Simon & Garfunkel's first masterpiece, Parsley, Sage, Rosemary and Thyme was also the first album on which the duo, in tandem with engineer Roy Halee, exerted total control from beginning to end, right down to the mixing, and it is an achievement akin to the Beatles' Revolver or the Beach Boys' Pet Sounds album, and just as personal and pointed as either of those records at their respective bests. After the frantic rush to put together an LP in just three weeks that characterized the Sounds of Silence album early in 1966, Parsley, Sage, Rosemary and Thyme came together over a longer gestation period of about three months, an uncommonly extended period of recording in those days, but it gave the duo a chance to develop and shape the songs the way they wanted them. The album opens with one of the last vestiges of Paul Simon's stay in England, "Scarborough Fair/Canticle" -- the latter was the duo's adaptation of a centuries-old English folk song in an arrangement that Simon had learned from Martin Carthy. The two transformed the song into a daunting achievement in the studio, however, incorporating myriad vocal overdubs and utilizing a harpsichord, among other instruments, to embellish it, and also wove into its structure Simon's "The Side of a Hill," a gentle antiwar song that he had previously recorded on The Paul Simon Songbook in England. The sonic results were startling on their face, a record that was every bit as challenging in its way as "Good Vibrations," but the subliminal effect was even more profound, mixing a hauntingly beautiful antique melody, and a song about love in a peaceful, domestic setting, with a message about war and death; Simon & Garfunkel were never as political as, say, Peter, Paul & Mary or Joan Baez, but on this record they did bring the Vietnam war home.
The rest of the album was less imposing but just as beguiling -- audiences could revel in the play of Simon's mind (and Simon & Garfunkel's arranging skills) and his sense of wonder (and frustration) on "Patterns," and appreciate the sneering rock & roll-based social commentary "The Big Bright Green Pleasure Machine." Two of the most beautiful songs ever written about the simple joys of living, the languid "Cloudy" and bouncy "The 59th Street Bridge Song (Feelin' Groovy)," were no less seductive, and the album also included "Homeward Bound," their Top Five hit follow-up to "The Sound of Silence," which had actually been recorded at the sessions for that LP. No Simon & Garfunkel song elicits more difference of opinion than "The Dangling Conversation," making its LP debut here -- one camp regards it as hopelessly pretentious and precious in its literary name-dropping and rich string orchestra accompaniment, while another holds it as a finely articulate account of a couple grown distant and disconnected through their intellectual pretensions; emotionally, it is definitely the precursor to the more highly regarded "Overs" off the next album, and it resonated well on college campuses at the time, evoking images of graduate school couples drifting apart, but for all the beauty of the singing and the arrangement, it also seemed far removed from the experience of teenagers or any listeners not living a life surrounded by literature ("couplets out of rhyme" indeed!), and understandably only made the Top 30 on AM radio. "For Emily, Whenever I May Find Her" was a romantic idyll that presented Art Garfunkel at his most vulnerable sounding, anticipating such solo releases of his as "All I Know," while "Flowers Never Bend With the Rainfall" was Simon at his most reflectively philosophical, dealing with age and its changes much as "Patterns" dealt with the struggle to change, with a dissonant note (literally) at the end that anticipated the style of the duo's next album.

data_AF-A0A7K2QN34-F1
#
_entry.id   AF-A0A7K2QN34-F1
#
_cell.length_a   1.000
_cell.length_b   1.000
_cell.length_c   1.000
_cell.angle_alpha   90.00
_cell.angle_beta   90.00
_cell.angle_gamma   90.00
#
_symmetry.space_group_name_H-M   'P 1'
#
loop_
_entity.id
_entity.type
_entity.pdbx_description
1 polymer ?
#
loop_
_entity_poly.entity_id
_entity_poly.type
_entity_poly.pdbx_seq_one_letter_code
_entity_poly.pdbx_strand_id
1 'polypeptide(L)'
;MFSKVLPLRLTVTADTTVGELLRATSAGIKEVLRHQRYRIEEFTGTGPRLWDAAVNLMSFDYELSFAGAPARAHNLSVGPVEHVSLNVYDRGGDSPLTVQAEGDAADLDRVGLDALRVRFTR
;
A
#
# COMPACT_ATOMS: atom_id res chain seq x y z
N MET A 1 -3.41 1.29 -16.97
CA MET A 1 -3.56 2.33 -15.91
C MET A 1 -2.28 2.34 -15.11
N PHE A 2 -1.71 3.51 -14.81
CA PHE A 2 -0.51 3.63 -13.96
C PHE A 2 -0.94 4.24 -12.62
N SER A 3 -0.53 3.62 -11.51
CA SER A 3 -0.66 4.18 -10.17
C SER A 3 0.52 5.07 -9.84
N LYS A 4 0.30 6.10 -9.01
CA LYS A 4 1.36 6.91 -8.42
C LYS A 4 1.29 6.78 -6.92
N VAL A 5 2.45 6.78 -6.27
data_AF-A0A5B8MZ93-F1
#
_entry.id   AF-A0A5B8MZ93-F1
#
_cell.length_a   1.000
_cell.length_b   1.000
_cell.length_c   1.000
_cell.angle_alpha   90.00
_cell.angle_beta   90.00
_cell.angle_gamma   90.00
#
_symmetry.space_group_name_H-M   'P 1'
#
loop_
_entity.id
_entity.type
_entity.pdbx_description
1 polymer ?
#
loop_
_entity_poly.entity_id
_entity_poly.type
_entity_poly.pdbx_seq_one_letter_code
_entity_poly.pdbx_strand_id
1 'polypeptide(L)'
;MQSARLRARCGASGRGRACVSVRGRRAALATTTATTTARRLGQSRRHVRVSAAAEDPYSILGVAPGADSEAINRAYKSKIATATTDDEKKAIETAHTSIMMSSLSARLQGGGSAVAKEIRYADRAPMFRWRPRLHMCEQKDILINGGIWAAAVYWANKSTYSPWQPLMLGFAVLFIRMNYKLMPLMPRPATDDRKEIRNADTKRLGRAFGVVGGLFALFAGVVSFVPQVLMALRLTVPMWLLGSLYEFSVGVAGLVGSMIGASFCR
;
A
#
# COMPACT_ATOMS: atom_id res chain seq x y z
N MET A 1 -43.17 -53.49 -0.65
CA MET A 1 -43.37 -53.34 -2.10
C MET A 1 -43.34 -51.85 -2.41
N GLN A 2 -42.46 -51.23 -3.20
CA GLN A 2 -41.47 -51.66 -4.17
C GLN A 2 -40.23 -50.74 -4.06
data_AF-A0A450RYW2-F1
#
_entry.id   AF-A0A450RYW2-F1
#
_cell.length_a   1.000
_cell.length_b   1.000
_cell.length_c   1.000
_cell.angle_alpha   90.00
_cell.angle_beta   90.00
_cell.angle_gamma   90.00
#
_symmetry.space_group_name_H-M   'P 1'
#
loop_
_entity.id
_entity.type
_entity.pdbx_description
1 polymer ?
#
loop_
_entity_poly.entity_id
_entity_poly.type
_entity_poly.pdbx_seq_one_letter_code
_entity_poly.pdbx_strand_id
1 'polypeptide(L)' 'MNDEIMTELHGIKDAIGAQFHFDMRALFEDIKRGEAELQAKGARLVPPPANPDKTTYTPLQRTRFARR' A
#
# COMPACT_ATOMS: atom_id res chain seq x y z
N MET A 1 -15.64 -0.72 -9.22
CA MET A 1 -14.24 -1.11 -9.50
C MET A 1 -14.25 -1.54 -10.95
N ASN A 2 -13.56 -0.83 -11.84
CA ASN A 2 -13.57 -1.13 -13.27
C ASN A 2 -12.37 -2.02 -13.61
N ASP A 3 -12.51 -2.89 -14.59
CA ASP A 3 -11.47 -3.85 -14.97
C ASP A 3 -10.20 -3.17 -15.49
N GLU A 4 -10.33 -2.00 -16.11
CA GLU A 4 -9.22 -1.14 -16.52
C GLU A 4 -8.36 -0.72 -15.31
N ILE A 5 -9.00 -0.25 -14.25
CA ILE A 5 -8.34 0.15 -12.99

"A Simple Desultory Philippic," which also started life in England more than a year earlier, was the team's Dylanesque fuzz tone-laden jape at folk-rock, and a statement of who they weren't, and remains, alongside Peter, Paul & Mary's "I Dig Rock & Roll Music," one of the best satires of its kind. And the last of Simon's English-period songs, "A Poem on the Underground Wall," seemed to sum up the tightrope walk that the duo did at almost every turn on this record at this point in their career -- built around a beautiful melody and gorgeous hooks, it was, nonetheless, a study in personal privation and desperation, the "sound of silence" heard from the inside out, a voice crying out. Brilliantly arranged in a sound that was as much rock as film music, but with the requisite acoustic guitars, and displaying a dazzling command and range of language, it could have ended the album. Instead, the duo offered "7 O'Clock News/Silent Night," a conceptual work that was a grim and ironic (and prophetic) comment on the state of the United States in 1966. In retrospect, it dated the album somewhat, but that final track, among the darkest album-closers of the 1960s, also proved that Simon & Garfunkel weren't afraid to get downbeat as well as serious for a purpose. Overall, Parsley, Sage, Rosemary and Thyme was the duo's album about youthful exuberance and alienation, and it proved perennially popular among older, more thoughtful high-school students and legions of college audiences across generations. [The August 2001 reissue offers not only the best sound ever heard on this album in any incarnation, but also a few bonuses -- a slightly extended mastering of "Cloudy" that gives the listener a high-harmony surprise in its fade; and, as actual bonus tracks, Simon's solo demos of "Patterns" and "A Poem on the Underground Wall." Raw and personal, they're startling in their intimacy and their directness, and offer a more intimate view of Paul Simon, the artist, than ever seen.]